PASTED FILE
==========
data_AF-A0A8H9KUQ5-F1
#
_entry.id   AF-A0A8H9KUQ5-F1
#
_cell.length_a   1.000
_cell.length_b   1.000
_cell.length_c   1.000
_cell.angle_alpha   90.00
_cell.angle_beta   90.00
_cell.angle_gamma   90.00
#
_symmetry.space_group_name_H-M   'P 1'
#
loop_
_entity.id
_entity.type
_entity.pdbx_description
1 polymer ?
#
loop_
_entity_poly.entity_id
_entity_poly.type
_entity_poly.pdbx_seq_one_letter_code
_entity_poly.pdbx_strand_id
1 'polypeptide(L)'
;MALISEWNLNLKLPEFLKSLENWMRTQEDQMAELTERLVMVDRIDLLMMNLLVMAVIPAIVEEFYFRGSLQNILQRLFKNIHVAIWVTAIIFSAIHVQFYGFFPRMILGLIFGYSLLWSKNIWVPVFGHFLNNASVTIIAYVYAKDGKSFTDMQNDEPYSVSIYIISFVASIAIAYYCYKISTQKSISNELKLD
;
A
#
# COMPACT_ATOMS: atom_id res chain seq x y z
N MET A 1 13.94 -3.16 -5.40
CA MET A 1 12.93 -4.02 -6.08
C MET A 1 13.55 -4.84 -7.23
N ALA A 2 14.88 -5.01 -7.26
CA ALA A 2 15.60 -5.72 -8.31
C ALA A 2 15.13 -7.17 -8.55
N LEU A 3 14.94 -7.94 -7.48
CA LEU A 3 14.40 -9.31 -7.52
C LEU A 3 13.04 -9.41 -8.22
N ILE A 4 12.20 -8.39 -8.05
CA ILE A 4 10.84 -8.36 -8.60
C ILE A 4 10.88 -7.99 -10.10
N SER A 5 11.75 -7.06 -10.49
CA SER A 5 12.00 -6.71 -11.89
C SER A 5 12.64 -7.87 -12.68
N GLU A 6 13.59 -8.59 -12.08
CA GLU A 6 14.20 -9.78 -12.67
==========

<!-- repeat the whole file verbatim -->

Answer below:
data_AF-A0A8H9KUQ5-F1
#
_entry.id   AF-A0A8H9KUQ5-F1
#
_cell.length_a   1.000
_cell.length_b   1.000
_cell.length_c   1.000
_cell.angle_alpha   90.00
_cell.angle_beta   90.00
_cell.angle_gamma   90.00
#
_symmetry.space_group_name_H-M   'P 1'
#
loop_
_entity.id
_entity.type
_entity.pdbx_description
1 polymer ?
#
loop_
_entity_poly.entity_id
_entity_poly.type
_entity_poly.pdbx_seq_one_letter_code
_entity_poly.pdbx_strand_id
1 'polypeptide(L)'
;MALISEWNLNLKLPEFLKSLENWMRTQEDQMAELTERLVMVDRIDLLMMNLLVMAVIPAIVEEFYFRGSLQNILQRLFKNIHVAIWVTAIIFSAIHVQFYGFFPRMILGLIFGYSLLWSKNIWVPVFGHFLNNASVTIIAYVYAKDGKSFTDMQNDEPYSVSIYIISFVASIAIAYYCYKISTQKSISNELKLD
;
A
#
# COMPACT_ATOMS: atom_id res chain seq x y z
N MET A 1 13.94 -3.16 -5.40
CA MET A 1 12.93 -4.02 -6.08
C MET A 1 13.55 -4.84 -7.23
N ALA A 2 14.88 -5.01 -7.26
CA ALA A 2 15.60 -5.72 -8.31
C ALA A 2 15.13 -7.17 -8.55
N LEU A 3 14.94 -7.94 -7.48
CA LEU A 3 14.40 -9.31 -7.52
C LEU A 3 13.04 -9.41 -8.22
N ILE A 4 12.20 -8.39 -8.05
CA ILE A 4 10.84 -8.36 -8.60
C ILE A 4 10.88 -7.99 -10.10
N SER A 5 11.75 -7.06 -10.49
CA SER A 5 12.00 -6.71 -11.89
C SER A 5 12.64 -7.87 -12.68
N GLU A 6 13.59 -8.59 -12.08
CA GLU A 6 14.20 -9.78 -12.67